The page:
I’m sure you know this stuff better than I do. If the sources are accurate that Mott belonged to both the Athens Athletic Club and the Athenian Niles Club, that he and wife were listed in the Oakland Register of 1925, that he founded the precursor to the downtown Chamber of Commerce, and that he owned his own successful real estate company, wouldn’t that qualify him for membership in the 1% club?

    btw, I didn’t see membership in the Bohemian Club, so can I conclude he wasn’t in the top tier of the 1%

    Frank Mott was truly competent Progressive with a capital P. Quan is not even a competent small letter p progressive.

    Oakland Register:
    http://freepages.genealogy.rootsweb.ancestry.com/~npmelton/sr25oak.htm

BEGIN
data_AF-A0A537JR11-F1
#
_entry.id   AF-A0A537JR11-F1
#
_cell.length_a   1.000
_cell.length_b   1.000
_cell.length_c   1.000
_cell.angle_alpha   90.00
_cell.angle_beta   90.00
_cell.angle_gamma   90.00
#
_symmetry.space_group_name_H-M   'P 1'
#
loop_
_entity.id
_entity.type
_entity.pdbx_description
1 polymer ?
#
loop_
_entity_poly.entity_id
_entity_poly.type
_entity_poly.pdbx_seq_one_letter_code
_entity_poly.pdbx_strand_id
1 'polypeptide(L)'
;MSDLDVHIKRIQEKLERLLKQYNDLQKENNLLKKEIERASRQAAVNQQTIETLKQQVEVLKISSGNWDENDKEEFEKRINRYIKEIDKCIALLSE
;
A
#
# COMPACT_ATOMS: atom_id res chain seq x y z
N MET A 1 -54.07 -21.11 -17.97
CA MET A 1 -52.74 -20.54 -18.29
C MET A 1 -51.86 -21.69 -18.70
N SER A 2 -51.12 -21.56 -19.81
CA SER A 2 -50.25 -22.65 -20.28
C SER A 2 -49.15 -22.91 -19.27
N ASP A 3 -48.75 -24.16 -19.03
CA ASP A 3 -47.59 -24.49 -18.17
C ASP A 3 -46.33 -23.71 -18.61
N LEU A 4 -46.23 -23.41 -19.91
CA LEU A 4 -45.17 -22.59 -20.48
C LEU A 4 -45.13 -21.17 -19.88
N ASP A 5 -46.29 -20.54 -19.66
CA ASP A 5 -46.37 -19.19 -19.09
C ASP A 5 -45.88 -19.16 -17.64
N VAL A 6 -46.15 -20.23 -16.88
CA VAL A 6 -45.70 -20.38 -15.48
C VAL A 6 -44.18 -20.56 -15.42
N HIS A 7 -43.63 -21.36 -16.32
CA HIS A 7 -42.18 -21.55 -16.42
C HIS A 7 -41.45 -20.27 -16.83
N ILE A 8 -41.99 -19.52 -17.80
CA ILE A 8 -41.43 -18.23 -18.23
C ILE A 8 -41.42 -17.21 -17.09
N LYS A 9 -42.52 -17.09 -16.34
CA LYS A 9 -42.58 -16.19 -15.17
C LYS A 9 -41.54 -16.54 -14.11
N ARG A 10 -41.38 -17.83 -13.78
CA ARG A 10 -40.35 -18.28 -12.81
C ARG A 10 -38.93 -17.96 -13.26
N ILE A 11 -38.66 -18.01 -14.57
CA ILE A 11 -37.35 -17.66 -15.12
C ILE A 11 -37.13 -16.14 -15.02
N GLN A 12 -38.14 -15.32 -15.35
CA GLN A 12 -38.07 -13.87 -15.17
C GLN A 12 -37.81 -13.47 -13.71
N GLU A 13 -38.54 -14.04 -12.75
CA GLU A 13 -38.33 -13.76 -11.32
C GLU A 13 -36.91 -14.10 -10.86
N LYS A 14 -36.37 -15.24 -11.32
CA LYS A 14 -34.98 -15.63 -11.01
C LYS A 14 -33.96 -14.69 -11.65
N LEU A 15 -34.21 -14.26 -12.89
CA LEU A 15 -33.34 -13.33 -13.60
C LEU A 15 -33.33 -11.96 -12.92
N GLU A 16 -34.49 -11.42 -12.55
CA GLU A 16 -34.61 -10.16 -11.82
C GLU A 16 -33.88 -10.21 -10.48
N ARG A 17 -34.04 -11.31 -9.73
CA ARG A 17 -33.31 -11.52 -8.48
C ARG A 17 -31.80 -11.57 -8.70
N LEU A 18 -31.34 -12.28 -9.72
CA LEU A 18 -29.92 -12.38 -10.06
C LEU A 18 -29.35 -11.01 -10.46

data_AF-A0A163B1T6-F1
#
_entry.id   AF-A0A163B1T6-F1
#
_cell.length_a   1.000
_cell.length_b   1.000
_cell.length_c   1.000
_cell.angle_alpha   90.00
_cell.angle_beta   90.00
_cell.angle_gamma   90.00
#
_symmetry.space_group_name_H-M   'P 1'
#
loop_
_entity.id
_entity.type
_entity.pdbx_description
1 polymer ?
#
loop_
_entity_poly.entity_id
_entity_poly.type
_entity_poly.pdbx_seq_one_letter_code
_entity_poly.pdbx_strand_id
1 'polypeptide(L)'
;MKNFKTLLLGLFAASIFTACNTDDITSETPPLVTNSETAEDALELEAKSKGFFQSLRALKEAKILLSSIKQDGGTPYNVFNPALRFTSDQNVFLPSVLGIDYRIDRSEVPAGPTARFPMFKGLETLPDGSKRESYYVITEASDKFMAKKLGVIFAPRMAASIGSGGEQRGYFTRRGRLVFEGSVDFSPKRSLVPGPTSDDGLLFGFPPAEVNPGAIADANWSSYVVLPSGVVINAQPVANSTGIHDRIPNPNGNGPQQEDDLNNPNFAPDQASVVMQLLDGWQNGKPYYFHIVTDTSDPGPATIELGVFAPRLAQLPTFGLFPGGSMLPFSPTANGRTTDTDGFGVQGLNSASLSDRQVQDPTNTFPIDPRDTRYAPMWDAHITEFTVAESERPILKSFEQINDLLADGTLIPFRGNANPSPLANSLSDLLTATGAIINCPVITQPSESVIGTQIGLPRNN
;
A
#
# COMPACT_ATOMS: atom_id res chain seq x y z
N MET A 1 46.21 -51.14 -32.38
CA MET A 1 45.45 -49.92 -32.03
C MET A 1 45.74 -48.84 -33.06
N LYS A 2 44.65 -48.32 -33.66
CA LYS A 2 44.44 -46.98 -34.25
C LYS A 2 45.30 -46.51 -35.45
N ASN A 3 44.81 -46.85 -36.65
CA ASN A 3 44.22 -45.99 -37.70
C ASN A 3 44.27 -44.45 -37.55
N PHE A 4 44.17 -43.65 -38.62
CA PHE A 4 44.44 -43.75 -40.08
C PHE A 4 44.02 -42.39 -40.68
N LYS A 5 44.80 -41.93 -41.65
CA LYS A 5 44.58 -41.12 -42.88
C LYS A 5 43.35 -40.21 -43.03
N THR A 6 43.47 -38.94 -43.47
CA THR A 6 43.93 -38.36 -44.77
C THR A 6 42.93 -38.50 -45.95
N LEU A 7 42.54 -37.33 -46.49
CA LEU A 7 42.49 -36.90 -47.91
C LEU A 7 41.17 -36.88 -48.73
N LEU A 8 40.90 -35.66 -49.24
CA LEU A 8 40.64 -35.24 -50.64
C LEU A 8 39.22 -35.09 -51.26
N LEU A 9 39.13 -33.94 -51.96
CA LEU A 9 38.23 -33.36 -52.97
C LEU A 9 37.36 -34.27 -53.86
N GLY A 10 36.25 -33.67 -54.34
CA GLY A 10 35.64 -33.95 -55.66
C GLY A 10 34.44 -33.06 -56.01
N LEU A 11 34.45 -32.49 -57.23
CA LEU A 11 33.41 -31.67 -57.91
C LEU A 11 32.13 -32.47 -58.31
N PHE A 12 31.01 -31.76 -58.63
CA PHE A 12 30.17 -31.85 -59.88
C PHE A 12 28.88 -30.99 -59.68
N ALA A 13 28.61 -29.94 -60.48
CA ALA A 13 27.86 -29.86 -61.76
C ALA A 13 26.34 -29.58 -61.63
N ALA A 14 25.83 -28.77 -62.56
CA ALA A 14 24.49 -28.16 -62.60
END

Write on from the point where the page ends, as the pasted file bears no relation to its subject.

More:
Biog and fraternal org memberships:
    http://www.archive.org/stream/pastpresentofalam02bake/pastpresentofalam02bake_djvu.txt

    FRANK K. MOTT.

    Among the prominent and representative men of Alameda county
    none stands higher nor possesses a wider circle of friends than Frank
    K. Mott, the mayor of Oakland. A self-made man who, by his
    natural leadership, initiative and unswerving principles of honor,
    has risen from humble station through the several positions of mes-
    senger boy, clerk, merchant, real-estate dealer, member of city coun-
    cil and several times mayor of Oakland. In every capacity he has
    measured up to the highest standards of efficiency and more than
    satisfied the expectations of his friends and party.

    Frank K. Mott was born in San Francisco, January 21, 1866. His
    parents, Peter D. and Fannie K. Mott were from New York state
    and settled in San Francisco at an early day. Leaving school at the
    age of twelve years and working as a messenger boy for the Western
    Union and American District Telegraph Company, his education was